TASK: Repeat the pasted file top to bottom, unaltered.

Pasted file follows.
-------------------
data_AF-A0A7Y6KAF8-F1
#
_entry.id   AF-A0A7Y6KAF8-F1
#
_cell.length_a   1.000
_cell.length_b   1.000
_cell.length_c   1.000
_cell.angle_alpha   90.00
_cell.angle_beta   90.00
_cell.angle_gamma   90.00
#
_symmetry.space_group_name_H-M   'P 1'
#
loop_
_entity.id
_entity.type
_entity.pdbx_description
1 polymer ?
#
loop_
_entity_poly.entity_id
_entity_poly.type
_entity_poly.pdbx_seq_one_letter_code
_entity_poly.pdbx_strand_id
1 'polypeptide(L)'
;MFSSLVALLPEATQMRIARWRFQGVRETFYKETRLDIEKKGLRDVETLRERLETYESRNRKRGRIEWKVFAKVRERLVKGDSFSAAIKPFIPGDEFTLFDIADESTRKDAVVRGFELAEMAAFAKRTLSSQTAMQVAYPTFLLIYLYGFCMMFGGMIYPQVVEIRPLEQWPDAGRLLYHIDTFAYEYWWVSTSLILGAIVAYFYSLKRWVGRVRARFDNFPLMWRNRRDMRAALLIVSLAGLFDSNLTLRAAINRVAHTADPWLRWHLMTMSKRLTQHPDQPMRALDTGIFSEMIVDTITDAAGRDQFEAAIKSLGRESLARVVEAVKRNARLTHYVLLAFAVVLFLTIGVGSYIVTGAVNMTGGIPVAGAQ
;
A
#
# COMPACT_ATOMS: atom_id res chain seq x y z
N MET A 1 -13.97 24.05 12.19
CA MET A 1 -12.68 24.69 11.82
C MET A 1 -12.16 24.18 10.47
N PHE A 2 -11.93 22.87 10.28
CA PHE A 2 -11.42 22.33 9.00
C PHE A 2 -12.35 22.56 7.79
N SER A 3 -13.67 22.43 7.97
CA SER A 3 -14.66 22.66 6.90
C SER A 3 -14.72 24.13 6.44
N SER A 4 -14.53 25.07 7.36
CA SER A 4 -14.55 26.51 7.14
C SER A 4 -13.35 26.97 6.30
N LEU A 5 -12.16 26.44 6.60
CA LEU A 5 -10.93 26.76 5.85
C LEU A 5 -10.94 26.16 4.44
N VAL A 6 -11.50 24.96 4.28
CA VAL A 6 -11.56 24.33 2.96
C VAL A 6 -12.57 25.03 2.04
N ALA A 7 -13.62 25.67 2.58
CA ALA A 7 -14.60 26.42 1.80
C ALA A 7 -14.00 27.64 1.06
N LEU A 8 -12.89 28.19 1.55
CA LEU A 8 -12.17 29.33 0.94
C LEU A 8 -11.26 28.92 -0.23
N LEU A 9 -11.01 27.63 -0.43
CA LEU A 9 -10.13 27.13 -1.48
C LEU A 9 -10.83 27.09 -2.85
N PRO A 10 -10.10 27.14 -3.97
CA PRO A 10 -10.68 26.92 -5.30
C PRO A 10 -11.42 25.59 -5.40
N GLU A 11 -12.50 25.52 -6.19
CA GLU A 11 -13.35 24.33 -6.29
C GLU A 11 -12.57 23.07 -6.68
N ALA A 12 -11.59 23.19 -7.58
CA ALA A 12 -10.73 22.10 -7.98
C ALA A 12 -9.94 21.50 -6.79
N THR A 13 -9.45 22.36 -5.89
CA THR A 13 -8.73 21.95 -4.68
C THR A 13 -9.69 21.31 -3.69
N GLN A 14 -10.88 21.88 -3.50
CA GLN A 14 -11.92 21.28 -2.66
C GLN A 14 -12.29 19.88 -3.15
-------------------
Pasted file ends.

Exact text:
data_AF-A0A7Y6KAF8-F1
#
_entry.id   AF-A0A7Y6KAF8-F1
#
_cell.length_a   1.000
_cell.length_b   1.000
_cell.length_c   1.000
_cell.angle_alpha   90.00
_cell.angle_beta   90.00
_cell.angle_gamma   90.00
#
_symmetry.space_group_name_H-M   'P 1'
#
loop_
_entity.id
_entity.type
_entity.pdbx_description
1 polymer ?
#
loop_
_entity_poly.entity_id
_entity_poly.type
_entity_poly.pdbx_seq_one_letter_code
_entity_poly.pdbx_strand_id
1 'polypeptide(L)'
;MFSSLVALLPEATQMRIARWRFQGVRETFYKETRLDIEKKGLRDVETLRERLETYESRNRKRGRIEWKVFAKVRERLVKGDSFSAAIKPFIPGDEFTLFDIADESTRKDAVVRGFELAEMAAFAKRTLSSQTAMQVAYPTFLLIYLYGFCMMFGGMIYPQVVEIRPLEQWPDAGRLLYHIDTFAYEYWWVSTSLILGAIVAYFYSLKRWVGRVRARFDNFPLMWRNRRDMRAALLIVSLAGLFDSNLTLRAAINRVAHTADPWLRWHLMTMSKRLTQHPDQPMRALDTGIFSEMIVDTITDAAGRDQFEAAIKSLGRESLARVVEAVKRNARLTHYVLLAFAVVLFLTIGVGSYIVTGAVNMTGGIPVAGAQ
;
A
#
# COMPACT_ATOMS: atom_id res chain seq x y z
N MET A 1 -13.97 24.05 12.19
CA MET A 1 -12.68 24.69 11.82
C MET A 1 -12.16 24.18 10.47
N PHE A 2 -11.93 22.87 10.28
CA PHE A 2 -11.42 22.33 9.00
C PHE A 2 -12.35 22.56 7.79
N SER A 3 -13.67 22.43 7.97
CA SER A 3 -14.66 22.66 6.90
C SER A 3 -14.72 24.13 6.44
N SER A 4 -14.53 25.07 7.36
CA SER A 4 -14.55 26.51 7.14
C SER A 4 -13.35 26.97 6.30
N LEU A 5 -12.16 26.44 6.60
CA LEU A 5 -10.93 26.76 5.85
C LEU A 5 -10.94 26.16 4.44
N VAL A 6 -11.50 24.96 4.28
CA VAL A 6 -11.56 24.33 2.96
C VAL A 6 -12.57 25.03 2.04
N ALA A 7 -13.62 25.67 2.58
CA ALA A 7 -14.60 26.42 1.80
C ALA A 7 -14.00 27.64 1.06
N LEU A 8 -12.89 28.19 1.55
CA LEU A 8 -12.17 29.33 0.94
C LEU A 8 -11.26 28.92 -0.23
N LEU A 9 -11.01 27.63 -0.43
CA LEU A 9 -10.13 27.13 -1.48
C LEU A 9 -10.83 27.09 -2.85
N PRO A 10 -10.10 27.14 -3.97
CA PRO A 10 -10.68 26.92 -5.30
C PRO A 10 -11.42 25.59 -5.40
N GLU A 11 -12.50 25.52 -6.19
CA GLU A 11 -13.35 24.33 -6.29
C GLU A 11 -12.57 23.07 -6.68
N ALA A 12 -11.59 23.19 -7.58
CA ALA A 12 -10.73 22.10 -7.98
C ALA A 12 -9.94 21.50 -6.79
N THR A 13 -9.45 22.36 -5.89
CA THR A 13 -8.73 21.95 -4.68
C THR A 13 -9.69 21.31 -3.69
N GLN A 14 -10.88 21.88 -3.50
CA GLN A 14 -11.92 21.28 -2.66
C GLN A 14 -12.29 19.88 -3.15